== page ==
West Memphis Three Petition for New Trial
Already, questions have been raised about indications that the Arkansas attorney general ordered evidence from the case sent to a laboratory for testing after the agreed-upon tests were completed. Last fall, Attorney General Dustin McDaniel stated publicly that he "gave the instruction to have some items that were not requested to be tested otherwise sent off for DNA testing." A spokesman for Echols said that if that is true, the additional testing was conducted without defense attorneys' knowledge or consent.
A spokesman for Damien Echols said in April that "within the last year," state officials sent a t-shirt that had been found in the home of Jessie Misskelley, Jr. in 1993 to a laboratory for DNA testing. The shirt was reportedly tested after state officials had notified them that all post-conviction DNA testing was complete.
Lonnie Soury, the spokesman for Echols, said that the tests reportedly revealed blood on the t-shirt, which had no connection to the crime scene. The tests reportedly determined that the blood was Misskelley's own.
Questions about evidence have persisted in the case since the original trials, when West Memphis police testified that they had lost evidence relating to a man seen with blood and mud on him on the night the children disappeared. That man, who had entered a Bojangles' restaurant near where the boys' bodies were later discovered, was never identified.
Now, almost two decades later, defense attorneys are again questioning the state's handling of evidence. What exactly was collected? What was done with it? Where is it now?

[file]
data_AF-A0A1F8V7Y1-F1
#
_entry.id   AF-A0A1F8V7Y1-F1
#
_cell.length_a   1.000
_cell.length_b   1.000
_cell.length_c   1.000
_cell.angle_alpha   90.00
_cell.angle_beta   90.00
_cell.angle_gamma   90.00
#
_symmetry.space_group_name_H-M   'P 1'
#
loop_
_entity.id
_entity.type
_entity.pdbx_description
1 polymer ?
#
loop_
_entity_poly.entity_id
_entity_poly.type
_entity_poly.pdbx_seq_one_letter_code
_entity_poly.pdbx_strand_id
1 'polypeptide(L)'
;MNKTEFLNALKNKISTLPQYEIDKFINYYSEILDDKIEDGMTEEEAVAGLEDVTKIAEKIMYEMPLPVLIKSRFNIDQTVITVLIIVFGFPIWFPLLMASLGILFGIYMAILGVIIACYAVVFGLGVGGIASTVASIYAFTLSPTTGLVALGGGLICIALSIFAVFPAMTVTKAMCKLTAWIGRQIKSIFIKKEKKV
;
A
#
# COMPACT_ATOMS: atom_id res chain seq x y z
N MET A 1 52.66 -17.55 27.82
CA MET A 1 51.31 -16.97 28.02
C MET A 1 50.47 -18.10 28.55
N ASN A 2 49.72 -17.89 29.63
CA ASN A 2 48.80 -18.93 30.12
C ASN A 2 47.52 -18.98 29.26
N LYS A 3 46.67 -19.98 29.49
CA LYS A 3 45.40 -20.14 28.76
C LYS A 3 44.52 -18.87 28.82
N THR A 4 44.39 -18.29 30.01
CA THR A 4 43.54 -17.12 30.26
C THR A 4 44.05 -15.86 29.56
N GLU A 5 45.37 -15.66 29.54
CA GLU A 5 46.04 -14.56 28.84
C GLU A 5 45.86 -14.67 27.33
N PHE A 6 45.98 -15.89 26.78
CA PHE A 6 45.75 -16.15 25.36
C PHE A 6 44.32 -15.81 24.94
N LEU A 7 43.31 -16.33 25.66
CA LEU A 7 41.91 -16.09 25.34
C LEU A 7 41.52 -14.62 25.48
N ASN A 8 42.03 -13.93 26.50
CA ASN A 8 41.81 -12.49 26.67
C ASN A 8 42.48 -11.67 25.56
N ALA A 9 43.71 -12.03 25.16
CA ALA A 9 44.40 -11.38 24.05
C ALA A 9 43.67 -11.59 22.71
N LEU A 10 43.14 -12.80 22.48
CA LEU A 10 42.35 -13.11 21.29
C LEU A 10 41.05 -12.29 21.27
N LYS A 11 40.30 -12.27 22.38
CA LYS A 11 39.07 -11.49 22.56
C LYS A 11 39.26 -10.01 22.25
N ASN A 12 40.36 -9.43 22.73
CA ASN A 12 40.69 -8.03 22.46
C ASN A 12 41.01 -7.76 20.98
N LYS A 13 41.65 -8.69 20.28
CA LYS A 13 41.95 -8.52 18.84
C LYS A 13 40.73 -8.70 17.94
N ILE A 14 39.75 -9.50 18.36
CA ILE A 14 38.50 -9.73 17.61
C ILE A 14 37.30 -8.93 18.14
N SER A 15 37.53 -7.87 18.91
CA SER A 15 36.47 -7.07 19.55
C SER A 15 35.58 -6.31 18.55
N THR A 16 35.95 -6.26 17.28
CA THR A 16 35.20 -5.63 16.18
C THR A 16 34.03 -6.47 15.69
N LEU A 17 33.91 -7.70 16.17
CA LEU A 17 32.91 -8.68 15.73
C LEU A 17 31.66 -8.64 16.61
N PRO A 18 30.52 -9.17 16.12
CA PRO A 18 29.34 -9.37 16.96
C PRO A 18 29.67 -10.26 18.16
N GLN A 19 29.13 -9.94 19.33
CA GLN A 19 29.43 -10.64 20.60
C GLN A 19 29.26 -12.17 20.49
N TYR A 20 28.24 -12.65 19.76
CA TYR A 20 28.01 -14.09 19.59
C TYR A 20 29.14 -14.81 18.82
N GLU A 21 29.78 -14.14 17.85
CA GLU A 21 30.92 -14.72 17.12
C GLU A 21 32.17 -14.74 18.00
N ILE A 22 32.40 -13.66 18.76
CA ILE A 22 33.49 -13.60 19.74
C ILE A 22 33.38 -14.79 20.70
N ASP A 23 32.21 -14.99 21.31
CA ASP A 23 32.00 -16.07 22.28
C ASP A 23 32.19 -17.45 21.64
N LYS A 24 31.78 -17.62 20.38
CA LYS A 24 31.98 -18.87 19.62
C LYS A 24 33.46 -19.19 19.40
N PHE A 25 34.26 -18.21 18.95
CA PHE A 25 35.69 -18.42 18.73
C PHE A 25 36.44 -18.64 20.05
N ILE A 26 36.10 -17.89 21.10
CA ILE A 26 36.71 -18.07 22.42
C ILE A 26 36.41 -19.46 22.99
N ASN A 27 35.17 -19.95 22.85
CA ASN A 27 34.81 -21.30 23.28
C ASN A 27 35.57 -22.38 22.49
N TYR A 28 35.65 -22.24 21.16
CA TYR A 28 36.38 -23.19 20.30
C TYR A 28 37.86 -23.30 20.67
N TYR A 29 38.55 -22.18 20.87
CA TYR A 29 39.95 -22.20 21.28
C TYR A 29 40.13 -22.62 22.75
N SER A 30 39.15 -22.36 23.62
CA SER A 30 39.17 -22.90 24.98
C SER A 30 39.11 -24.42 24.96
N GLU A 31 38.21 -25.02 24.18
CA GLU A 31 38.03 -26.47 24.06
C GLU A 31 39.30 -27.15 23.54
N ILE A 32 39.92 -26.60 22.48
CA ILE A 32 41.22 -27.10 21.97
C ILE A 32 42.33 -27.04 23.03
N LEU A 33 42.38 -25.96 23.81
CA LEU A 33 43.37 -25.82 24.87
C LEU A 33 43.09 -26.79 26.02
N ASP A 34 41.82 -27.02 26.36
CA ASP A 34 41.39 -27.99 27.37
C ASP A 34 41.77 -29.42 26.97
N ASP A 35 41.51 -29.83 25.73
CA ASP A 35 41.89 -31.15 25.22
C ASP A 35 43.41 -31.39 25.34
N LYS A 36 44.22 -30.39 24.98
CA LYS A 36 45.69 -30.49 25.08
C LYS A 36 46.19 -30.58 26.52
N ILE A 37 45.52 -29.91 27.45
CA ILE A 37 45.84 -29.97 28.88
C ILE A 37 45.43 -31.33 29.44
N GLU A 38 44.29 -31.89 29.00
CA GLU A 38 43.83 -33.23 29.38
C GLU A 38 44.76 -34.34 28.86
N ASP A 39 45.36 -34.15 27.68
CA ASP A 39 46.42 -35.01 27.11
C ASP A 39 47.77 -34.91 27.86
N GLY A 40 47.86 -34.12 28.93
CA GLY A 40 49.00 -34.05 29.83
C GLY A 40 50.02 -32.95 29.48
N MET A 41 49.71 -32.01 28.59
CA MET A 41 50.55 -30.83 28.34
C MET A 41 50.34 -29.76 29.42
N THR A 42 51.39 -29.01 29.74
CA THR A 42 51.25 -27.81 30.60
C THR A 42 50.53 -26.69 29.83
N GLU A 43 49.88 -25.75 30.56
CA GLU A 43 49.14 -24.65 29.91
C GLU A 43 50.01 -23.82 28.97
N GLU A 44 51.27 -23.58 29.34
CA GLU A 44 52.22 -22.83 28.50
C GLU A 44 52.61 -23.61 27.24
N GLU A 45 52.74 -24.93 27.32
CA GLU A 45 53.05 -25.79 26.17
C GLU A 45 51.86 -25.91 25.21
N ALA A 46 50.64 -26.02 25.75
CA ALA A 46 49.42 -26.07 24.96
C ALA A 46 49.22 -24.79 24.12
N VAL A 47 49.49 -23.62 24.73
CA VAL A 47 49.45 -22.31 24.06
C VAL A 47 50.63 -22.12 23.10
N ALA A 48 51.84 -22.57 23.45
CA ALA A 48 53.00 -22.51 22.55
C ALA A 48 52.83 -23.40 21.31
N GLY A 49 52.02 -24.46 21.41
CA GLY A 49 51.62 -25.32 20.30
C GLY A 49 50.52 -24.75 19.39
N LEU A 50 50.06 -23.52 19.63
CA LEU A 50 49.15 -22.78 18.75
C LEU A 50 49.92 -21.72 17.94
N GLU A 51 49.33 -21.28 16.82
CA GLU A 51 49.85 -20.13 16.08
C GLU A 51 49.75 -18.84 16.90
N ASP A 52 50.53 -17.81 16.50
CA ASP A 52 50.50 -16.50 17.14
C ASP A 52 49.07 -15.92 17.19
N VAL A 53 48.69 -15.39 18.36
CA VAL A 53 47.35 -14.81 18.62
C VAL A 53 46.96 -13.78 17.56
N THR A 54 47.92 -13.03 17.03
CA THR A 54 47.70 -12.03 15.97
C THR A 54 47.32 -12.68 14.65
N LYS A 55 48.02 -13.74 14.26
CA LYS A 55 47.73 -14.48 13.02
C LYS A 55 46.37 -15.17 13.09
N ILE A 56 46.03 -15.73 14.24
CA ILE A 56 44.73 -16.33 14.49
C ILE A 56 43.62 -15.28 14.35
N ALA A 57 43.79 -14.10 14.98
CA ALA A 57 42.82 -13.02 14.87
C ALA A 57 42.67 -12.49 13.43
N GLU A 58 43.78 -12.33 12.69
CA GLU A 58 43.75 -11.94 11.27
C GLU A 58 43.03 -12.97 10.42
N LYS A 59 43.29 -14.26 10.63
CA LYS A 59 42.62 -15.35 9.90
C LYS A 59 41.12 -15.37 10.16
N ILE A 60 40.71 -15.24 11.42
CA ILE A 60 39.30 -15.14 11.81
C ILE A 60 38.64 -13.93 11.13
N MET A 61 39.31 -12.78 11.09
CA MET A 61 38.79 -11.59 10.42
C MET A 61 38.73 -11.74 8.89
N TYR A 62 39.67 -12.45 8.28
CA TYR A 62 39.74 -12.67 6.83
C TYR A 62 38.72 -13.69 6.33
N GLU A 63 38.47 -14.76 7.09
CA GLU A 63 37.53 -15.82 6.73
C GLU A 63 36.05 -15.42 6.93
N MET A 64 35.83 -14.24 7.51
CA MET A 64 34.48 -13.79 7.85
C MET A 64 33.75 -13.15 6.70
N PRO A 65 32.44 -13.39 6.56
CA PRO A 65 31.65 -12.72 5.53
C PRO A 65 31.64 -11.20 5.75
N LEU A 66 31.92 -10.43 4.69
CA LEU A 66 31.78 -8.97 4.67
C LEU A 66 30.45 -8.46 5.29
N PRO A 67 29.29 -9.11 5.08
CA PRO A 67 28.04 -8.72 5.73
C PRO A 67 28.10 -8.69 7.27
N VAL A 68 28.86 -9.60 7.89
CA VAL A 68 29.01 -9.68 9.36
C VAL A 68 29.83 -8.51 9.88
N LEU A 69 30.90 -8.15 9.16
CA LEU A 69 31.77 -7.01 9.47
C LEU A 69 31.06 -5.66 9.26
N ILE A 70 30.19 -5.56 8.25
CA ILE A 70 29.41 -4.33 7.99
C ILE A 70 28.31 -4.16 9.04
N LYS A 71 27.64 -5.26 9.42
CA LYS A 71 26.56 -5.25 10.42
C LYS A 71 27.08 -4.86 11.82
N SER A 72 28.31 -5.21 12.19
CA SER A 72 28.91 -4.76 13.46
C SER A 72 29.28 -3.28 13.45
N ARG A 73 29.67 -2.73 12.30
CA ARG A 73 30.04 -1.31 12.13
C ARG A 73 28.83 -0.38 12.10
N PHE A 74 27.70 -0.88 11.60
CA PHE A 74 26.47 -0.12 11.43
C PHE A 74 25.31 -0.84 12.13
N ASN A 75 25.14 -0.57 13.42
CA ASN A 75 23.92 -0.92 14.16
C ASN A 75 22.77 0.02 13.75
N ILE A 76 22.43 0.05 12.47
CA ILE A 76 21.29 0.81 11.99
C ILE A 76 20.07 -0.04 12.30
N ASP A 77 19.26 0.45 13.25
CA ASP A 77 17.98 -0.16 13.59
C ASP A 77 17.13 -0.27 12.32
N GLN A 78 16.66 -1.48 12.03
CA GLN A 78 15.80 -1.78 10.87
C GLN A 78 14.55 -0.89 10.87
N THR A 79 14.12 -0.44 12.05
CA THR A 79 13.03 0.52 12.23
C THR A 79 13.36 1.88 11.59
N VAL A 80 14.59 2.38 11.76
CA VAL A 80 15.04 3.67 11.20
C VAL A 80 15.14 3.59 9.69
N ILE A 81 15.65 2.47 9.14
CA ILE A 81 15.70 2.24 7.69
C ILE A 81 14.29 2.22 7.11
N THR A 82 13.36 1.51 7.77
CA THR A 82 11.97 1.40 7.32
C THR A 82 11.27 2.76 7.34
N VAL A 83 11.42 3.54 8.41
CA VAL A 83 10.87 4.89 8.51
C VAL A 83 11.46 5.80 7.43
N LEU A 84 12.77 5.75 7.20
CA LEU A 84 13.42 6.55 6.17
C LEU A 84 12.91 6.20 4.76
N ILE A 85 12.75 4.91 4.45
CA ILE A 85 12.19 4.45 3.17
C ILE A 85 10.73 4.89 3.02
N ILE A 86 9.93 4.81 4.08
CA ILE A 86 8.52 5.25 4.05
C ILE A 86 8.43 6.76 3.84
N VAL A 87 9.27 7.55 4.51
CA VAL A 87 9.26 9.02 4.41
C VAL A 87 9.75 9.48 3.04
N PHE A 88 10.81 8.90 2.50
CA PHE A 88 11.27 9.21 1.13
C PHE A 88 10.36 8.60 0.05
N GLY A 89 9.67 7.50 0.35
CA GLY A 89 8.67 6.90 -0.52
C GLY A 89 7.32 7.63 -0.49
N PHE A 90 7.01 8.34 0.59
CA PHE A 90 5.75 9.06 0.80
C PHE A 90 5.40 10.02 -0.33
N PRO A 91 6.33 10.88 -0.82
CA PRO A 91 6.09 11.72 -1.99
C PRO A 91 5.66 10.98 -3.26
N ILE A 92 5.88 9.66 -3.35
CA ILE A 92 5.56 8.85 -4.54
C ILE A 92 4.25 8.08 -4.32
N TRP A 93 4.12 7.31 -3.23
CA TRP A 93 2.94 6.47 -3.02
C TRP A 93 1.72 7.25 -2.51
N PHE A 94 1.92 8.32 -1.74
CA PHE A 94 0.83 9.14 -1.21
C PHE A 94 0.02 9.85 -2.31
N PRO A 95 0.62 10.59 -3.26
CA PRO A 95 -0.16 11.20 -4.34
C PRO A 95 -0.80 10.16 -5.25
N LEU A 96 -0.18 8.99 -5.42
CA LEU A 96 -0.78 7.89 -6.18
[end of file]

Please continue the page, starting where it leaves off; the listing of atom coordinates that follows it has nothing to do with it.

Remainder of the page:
Those questions became particularly relevant when defense attorneys requested new DNA tests in preparation for the December hearing. Attorneys for the state argued that "additional testing should not be permitted to any petitioner," even though the defense had said it would pay for the tests.
The list of what the defense wanted tested has not yet been made public. But as recently as April, Soury said, "We're still looking for the [victims'] clothes and shoes. We assume they exist, but we're not sure where."
At the time, Soury also said defense attorneys want to learn more about items sent to the FBI for analysis prior to the trials. "We believe it was fingerprints and soil samples" he said. "We're not sure when the material was sent off to the FBI. It could have been before the arrests or after. And we don't know what happened to those test results. We have never seen them."
Soury added, "One can assume they found nothing that was of interest to the prosecution. But we don't know if they found something that could be exculpatory today."